Dell's retail strategy to distribute PCs is starting to show results, helping extend its lead over Hewlett-Packard (HP) as the largest US PC vendor in the fourth quarter of 2007, according to figures from analyst firms Gartner and IDC.
However, HP remained the world's largest PC dealer, topping Dell, Acer and Lenovo, according to figures from both firms.
Dell shipped 5.5 million units in the US, a 15.2% year-over-year increase and a 29.6% market share, according to IDC. HP, in second place, shipped 4.5 million units, a 9.8% year-over-year increase and a 24.3% market share. Acer, in third place, showed tremendous growth in the US, with shipments increasing 294.2% to 1.5 million units. Apple's shipments grew 30.9% to 1.06 million, a 5.7% market share. Toshiba was in fifth place, IDC said.
Gartner reported that Dell shipped 5.35 million units, with a 31.4% market share during the fourth quarter, compared to the 29.3% market share it had last year. HP shipped 4.4 million units, with market share growing to 26.1% from 25.5% last year. Acer and Apple were in third and fourth places, respectively.
Dell's switch from a direct sales model to selling PCs through retailers like Best Buy and Wal-Mart is paying off and has helped the company improve shipments, said David Daoud, an analyst with IDC. "They're coming out of nowhere to everywhere," Daoud said.
However, Dell is trying to catch up internationally with HP, which is investing more in distribution channels and understands business behaviour in emerging markets better, Daoud said.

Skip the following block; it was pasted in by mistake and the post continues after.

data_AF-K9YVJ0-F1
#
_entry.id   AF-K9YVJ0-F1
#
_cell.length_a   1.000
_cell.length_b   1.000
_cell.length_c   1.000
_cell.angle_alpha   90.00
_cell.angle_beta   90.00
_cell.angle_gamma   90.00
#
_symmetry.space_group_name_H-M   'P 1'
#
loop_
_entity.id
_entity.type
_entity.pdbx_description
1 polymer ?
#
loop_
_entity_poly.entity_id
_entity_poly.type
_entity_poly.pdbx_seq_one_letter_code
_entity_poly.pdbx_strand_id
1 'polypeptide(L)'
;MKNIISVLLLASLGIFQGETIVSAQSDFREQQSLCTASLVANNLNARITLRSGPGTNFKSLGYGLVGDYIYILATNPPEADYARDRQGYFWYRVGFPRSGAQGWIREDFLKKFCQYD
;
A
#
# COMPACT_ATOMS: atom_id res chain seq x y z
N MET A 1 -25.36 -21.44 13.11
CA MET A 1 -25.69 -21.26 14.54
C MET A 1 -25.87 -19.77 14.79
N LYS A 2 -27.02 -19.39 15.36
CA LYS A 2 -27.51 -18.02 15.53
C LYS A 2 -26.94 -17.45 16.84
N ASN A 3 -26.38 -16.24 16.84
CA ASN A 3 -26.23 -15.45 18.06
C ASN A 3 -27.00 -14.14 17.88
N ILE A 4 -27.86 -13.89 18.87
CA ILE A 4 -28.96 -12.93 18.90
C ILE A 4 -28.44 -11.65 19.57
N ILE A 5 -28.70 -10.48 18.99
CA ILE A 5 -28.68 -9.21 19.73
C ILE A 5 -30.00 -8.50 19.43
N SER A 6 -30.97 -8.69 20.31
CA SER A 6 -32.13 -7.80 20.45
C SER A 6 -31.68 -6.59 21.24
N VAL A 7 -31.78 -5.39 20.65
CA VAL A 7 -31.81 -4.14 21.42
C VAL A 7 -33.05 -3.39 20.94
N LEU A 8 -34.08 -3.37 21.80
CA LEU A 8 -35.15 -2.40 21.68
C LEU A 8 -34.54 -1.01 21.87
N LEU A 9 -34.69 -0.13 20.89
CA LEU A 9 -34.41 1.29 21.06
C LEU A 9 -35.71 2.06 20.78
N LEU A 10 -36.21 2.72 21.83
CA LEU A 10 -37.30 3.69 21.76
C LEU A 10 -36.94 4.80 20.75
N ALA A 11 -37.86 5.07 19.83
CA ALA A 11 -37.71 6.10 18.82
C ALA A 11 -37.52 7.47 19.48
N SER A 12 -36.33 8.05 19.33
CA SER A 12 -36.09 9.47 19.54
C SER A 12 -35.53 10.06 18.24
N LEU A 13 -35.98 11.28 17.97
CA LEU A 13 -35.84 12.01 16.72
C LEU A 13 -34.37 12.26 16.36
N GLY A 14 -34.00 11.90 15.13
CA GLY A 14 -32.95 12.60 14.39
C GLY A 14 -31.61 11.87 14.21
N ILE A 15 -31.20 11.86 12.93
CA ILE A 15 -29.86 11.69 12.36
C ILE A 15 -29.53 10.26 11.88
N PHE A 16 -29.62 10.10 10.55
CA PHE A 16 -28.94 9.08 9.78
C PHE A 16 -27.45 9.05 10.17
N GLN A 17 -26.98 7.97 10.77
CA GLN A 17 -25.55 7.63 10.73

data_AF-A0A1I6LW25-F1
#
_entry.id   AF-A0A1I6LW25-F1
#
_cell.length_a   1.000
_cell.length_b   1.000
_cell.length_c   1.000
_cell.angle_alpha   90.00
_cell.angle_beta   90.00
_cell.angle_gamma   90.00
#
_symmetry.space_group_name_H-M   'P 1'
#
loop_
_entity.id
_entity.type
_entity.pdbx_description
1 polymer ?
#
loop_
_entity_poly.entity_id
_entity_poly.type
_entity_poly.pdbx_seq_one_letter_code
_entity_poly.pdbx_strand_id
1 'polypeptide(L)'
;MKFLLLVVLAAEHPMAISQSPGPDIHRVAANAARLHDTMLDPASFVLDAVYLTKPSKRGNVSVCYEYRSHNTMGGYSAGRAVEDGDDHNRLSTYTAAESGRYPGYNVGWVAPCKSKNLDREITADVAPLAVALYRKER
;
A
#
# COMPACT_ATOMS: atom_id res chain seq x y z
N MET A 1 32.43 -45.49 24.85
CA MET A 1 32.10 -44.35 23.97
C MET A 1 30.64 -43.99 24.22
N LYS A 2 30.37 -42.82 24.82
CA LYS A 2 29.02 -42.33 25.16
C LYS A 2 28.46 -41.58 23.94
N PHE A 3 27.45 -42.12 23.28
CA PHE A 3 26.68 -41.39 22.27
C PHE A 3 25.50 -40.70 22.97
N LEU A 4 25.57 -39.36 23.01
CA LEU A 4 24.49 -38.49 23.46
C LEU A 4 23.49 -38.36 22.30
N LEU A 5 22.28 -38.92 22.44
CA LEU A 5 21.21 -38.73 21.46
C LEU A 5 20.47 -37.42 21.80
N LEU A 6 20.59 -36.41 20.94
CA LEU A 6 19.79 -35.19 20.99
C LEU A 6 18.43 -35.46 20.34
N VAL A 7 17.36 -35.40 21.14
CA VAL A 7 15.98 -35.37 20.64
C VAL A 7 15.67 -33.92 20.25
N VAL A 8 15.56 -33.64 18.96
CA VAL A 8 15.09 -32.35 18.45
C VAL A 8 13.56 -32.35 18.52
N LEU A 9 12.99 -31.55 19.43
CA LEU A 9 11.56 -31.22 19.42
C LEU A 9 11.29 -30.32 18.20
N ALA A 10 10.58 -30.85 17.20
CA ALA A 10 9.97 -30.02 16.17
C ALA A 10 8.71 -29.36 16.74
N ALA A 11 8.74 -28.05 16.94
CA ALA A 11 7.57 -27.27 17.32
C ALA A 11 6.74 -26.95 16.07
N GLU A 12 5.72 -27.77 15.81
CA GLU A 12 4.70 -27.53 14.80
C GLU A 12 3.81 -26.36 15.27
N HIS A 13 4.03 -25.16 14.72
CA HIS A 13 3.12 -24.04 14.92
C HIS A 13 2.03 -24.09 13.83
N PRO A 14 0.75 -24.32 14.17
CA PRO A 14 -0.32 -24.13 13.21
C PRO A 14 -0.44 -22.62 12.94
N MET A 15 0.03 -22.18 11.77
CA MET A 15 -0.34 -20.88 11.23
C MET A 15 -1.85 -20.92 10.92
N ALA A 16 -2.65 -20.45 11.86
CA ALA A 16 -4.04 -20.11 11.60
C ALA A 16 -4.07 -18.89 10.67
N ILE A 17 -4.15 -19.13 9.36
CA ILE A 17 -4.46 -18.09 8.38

According to IDC, HP shipped 14.7 million units worldwide, a 23.3% year-over-year growth and a 19% market share. Dell was in second place, shipping 11.3 million units with a 14.6 global market share, a 17.1% rise from the previous year. Acer saw a sharp rise, with shipments growing 60.3 percent year-over-year to 7.4 million. Lenovo came in fourth, shipping 5.8 million units, a 22.3 percent year-over-year increase. Toshiba was in fifth place.
The acquisitions of Packard Bell and Gateway last year helped boost Acer's shipment volumes globally, though the companies have not yet fully contributed. "Given the acquisitions are relatively recent, it will takes years or more to see tangible results," Daoud said.
Acer's acquisitions have taken a bite out of Lenovo, which saw slower growth in the global market and is struggling to retain its core audience of business users, Daoud said. With the launch of the IdeaPad notebook, Lenovo is trying to expand to the mass consumer market, which has alienated its traditional business users. Lenovo needs to reassert its commitment to business customers, Daoud said.
Lenovo also needs to acquire PC vendors if it wants to expand the way Acer did, although there are not many major PC vendors left for it to acquire, Daoud said.
The surveys include shipments of desktops, notebooks and ultraportable notebooks with up to 7-inch screens.